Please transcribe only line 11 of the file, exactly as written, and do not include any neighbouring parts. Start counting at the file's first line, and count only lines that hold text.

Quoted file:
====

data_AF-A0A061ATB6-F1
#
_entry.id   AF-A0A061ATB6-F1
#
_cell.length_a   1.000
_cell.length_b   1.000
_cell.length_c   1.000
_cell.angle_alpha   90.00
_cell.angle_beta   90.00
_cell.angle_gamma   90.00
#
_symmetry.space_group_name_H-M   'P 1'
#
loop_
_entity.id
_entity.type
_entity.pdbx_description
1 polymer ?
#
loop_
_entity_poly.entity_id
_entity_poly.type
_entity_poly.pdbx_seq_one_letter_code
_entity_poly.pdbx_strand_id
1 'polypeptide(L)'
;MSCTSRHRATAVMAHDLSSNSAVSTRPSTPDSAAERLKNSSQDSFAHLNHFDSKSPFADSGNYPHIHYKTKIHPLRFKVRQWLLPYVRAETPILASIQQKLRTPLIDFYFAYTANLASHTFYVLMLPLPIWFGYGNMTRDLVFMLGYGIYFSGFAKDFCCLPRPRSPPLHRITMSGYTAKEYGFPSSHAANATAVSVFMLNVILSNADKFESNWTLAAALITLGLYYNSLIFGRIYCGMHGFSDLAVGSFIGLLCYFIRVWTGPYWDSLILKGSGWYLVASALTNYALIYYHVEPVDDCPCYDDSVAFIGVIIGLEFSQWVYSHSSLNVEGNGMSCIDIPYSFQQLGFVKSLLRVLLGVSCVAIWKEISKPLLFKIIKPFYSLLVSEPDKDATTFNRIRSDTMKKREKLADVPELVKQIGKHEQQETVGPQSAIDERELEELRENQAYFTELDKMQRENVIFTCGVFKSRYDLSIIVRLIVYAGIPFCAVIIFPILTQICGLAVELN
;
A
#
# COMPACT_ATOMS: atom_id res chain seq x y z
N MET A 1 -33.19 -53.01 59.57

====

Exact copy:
#